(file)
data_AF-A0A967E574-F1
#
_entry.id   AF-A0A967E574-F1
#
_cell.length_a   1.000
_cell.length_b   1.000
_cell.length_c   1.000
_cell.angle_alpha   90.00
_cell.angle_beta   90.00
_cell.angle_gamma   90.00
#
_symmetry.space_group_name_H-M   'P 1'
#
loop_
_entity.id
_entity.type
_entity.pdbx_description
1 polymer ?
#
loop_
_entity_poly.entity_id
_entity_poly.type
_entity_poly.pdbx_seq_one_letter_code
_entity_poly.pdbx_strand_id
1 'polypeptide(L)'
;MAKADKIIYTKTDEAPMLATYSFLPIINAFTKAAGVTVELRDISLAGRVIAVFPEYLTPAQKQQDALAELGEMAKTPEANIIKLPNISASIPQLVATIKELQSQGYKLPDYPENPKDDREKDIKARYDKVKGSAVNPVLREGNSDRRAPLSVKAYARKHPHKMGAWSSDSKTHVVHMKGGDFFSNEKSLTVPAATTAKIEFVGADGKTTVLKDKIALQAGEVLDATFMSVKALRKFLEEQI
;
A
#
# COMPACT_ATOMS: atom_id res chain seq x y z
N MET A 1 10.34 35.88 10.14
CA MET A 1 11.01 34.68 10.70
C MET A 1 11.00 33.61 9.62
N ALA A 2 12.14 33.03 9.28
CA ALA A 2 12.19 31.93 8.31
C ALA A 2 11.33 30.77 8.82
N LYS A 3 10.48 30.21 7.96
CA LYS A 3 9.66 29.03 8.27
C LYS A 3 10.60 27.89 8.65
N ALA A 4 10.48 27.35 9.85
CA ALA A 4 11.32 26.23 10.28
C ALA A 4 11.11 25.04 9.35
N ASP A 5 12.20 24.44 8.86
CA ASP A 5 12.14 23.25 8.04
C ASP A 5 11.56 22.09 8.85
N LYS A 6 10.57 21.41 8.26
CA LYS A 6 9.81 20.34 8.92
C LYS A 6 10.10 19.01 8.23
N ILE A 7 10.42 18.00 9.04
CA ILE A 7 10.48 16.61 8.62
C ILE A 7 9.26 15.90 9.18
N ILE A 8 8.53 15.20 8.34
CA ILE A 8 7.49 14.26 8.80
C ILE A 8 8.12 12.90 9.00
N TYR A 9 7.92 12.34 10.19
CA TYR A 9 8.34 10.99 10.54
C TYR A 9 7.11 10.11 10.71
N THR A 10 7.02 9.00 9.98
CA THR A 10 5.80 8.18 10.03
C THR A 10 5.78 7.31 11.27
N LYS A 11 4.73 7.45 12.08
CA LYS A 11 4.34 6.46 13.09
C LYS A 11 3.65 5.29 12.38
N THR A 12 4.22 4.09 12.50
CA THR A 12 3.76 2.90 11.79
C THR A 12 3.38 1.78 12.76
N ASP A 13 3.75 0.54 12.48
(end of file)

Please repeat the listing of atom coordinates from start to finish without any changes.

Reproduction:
data_AF-A0A967E574-F1
#
_entry.id   AF-A0A967E574-F1
#
_cell.length_a   1.000
_cell.length_b   1.000
_cell.length_c   1.000
_cell.angle_alpha   90.00
_cell.angle_beta   90.00
_cell.angle_gamma   90.00
#
_symmetry.space_group_name_H-M   'P 1'
#
loop_
_entity.id
_entity.type
_entity.pdbx_description
1 polymer ?
#
loop_
_entity_poly.entity_id
_entity_poly.type
_entity_poly.pdbx_seq_one_letter_code
_entity_poly.pdbx_strand_id
1 'polypeptide(L)'
;MAKADKIIYTKTDEAPMLATYSFLPIINAFTKAAGVTVELRDISLAGRVIAVFPEYLTPAQKQQDALAELGEMAKTPEANIIKLPNISASIPQLVATIKELQSQGYKLPDYPENPKDDREKDIKARYDKVKGSAVNPVLREGNSDRRAPLSVKAYARKHPHKMGAWSSDSKTHVVHMKGGDFFSNEKSLTVPAATTAKIEFVGADGKTTVLKDKIALQAGEVLDATFMSVKALRKFLEEQI
;
A
#
# COMPACT_ATOMS: atom_id res chain seq x y z
N MET A 1 10.34 35.88 10.14
CA MET A 1 11.01 34.68 10.70
C MET A 1 11.00 33.61 9.62
N ALA A 2 12.14 33.03 9.28
CA ALA A 2 12.19 31.93 8.31
C ALA A 2 11.33 30.77 8.82
N LYS A 3 10.48 30.21 7.96
CA LYS A 3 9.66 29.03 8.27
C LYS A 3 10.60 27.89 8.65
N ALA A 4 10.48 27.35 9.85
CA ALA A 4 11.32 26.23 10.28
C ALA A 4 11.11 25.04 9.35
N ASP A 5 12.20 24.44 8.86
CA ASP A 5 12.14 23.25 8.04
C ASP A 5 11.56 22.09 8.85
N LYS A 6 10.57 21.41 8.26
CA LYS A 6 9.81 20.34 8.92
C LYS A 6 10.10 19.01 8.23
N ILE A 7 10.42 18.00 9.04
CA ILE A 7 10.48 16.61 8.62
C ILE A 7 9.26 15.90 9.18
N ILE A 8 8.53 15.20 8.34
CA ILE A 8 7.49 14.26 8.80
C ILE A 8 8.12 12.90 9.00
N TYR A 9 7.92 12.34 10.19
CA TYR A 9 8.34 10.99 10.54
C TYR A 9 7.11 10.11 10.71
N THR A 10 7.02 9.00 9.98
CA THR A 10 5.80 8.18 10.03
C THR A 10 5.78 7.31 11.27
N LYS A 11 4.73 7.45 12.08
CA LYS A 11 4.34 6.46 13.09
C LYS A 11 3.65 5.29 12.38
N THR A 12 4.22 4.09 12.50
CA THR A 12 3.76 2.90 11.79
C THR A 12 3.38 1.78 12.76
N ASP A 13 3.75 0.54 12.48